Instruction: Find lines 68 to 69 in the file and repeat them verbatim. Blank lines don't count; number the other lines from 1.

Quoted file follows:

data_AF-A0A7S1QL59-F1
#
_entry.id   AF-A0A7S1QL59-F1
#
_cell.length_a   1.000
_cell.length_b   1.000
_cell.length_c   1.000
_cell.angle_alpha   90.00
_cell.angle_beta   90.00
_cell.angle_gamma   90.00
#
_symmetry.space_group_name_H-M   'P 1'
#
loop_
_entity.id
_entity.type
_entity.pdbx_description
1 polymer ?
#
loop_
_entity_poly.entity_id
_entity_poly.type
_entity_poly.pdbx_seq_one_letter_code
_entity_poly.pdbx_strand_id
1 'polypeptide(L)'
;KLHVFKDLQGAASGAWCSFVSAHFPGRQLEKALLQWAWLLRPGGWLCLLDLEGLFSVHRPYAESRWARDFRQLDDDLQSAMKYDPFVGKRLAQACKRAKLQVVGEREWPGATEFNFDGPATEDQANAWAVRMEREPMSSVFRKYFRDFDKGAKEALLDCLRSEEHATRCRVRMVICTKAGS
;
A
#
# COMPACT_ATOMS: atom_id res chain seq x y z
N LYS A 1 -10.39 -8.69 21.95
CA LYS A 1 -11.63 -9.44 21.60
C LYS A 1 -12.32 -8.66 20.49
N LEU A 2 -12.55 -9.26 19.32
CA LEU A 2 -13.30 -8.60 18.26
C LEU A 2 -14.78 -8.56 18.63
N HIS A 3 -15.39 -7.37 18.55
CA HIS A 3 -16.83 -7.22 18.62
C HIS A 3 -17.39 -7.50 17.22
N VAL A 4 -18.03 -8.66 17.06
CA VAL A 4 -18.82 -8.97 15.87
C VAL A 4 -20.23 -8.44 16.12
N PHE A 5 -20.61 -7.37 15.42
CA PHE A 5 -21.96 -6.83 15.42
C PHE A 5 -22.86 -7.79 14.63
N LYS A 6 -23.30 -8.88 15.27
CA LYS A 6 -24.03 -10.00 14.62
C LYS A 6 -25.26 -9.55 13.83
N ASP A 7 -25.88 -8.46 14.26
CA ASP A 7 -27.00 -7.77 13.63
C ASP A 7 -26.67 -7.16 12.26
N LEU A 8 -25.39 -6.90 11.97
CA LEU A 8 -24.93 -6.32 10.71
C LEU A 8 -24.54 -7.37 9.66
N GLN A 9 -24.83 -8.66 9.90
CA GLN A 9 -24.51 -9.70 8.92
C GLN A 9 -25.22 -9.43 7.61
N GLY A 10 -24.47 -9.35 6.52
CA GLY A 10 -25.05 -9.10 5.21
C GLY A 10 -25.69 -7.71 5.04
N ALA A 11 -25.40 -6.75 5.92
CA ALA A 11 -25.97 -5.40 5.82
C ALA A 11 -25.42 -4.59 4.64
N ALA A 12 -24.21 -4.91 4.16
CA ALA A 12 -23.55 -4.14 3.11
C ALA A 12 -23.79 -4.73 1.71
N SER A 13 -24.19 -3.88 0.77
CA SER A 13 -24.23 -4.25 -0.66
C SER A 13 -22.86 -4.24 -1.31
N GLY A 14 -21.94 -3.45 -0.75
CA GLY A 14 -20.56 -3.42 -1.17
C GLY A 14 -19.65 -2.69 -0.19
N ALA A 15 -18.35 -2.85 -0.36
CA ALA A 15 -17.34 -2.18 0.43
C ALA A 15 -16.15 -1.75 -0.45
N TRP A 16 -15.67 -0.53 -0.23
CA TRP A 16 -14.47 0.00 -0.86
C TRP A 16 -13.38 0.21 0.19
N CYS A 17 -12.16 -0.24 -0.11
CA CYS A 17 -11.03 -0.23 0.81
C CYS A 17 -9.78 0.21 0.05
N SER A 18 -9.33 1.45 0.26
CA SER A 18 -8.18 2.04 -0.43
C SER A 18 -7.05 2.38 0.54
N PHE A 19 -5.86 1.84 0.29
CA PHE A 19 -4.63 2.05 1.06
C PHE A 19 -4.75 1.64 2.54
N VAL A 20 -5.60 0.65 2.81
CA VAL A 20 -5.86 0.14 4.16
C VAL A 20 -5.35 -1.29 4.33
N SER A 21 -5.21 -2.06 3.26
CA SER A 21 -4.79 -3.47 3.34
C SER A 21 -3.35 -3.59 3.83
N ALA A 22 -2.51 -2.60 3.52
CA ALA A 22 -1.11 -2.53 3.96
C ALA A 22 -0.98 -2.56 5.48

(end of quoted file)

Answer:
CA SER A 13 -24.23 -4.25 -0.66
C SER A 13 -22.86 -4.24 -1.31